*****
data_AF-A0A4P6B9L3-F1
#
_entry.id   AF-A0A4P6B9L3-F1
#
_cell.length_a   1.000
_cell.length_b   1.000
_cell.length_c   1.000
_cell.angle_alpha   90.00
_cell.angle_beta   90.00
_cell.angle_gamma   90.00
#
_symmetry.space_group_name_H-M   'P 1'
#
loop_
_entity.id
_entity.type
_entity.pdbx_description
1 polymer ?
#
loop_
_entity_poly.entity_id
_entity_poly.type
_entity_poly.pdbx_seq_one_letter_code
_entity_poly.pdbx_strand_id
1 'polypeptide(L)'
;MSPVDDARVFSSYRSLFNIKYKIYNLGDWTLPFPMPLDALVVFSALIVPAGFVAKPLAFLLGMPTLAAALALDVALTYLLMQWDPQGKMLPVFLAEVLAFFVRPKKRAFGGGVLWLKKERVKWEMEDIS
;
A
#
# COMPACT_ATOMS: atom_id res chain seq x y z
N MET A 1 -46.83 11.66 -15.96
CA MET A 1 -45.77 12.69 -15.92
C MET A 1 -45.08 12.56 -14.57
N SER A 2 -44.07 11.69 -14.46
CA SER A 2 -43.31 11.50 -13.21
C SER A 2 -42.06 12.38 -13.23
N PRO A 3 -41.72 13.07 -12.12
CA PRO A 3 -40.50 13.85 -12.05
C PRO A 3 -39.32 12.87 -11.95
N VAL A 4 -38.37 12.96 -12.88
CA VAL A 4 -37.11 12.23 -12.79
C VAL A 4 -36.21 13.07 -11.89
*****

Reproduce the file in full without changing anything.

data_AF-A0A4P6B9L3-F1
#
_entry.id   AF-A0A4P6B9L3-F1
#
_cell.length_a   1.000
_cell.length_b   1.000
_cell.length_c   1.000
_cell.angle_alpha   90.00
_cell.angle_beta   90.00
_cell.angle_gamma   90.00
#
_symmetry.space_group_name_H-M   'P 1'
#
loop_
_entity.id
_entity.type
_entity.pdbx_description
1 polymer ?
#
loop_
_entity_poly.entity_id
_entity_poly.type
_entity_poly.pdbx_seq_one_letter_code
_entity_poly.pdbx_strand_id
1 'polypeptide(L)'
;MSPVDDARVFSSYRSLFNIKYKIYNLGDWTLPFPMPLDALVVFSALIVPAGFVAKPLAFLLGMPTLAAALALDVALTYLLMQWDPQGKMLPVFLAEVLAFFVRPKKRAFGGGVLWLKKERVKWEMEDIS
;
A
#
# COMPACT_ATOMS: atom_id res chain seq x y z
N MET A 1 -46.83 11.66 -15.96
CA MET A 1 -45.77 12.69 -15.92
C MET A 1 -45.08 12.56 -14.57
N SER A 2 -44.07 11.69 -14.46
CA SER A 2 -43.31 11.50 -13.21
C SER A 2 -42.06 12.38 -13.23
N PRO A 3 -41.72 13.07 -12.12
CA PRO A 3 -40.50 13.85 -12.05
C PRO A 3 -39.32 12.87 -11.95
N VAL A 4 -38.37 12.96 -12.88
CA VAL A 4 -37.11 12.23 -12.79
C VAL A 4 -36.21 13.07 -11.89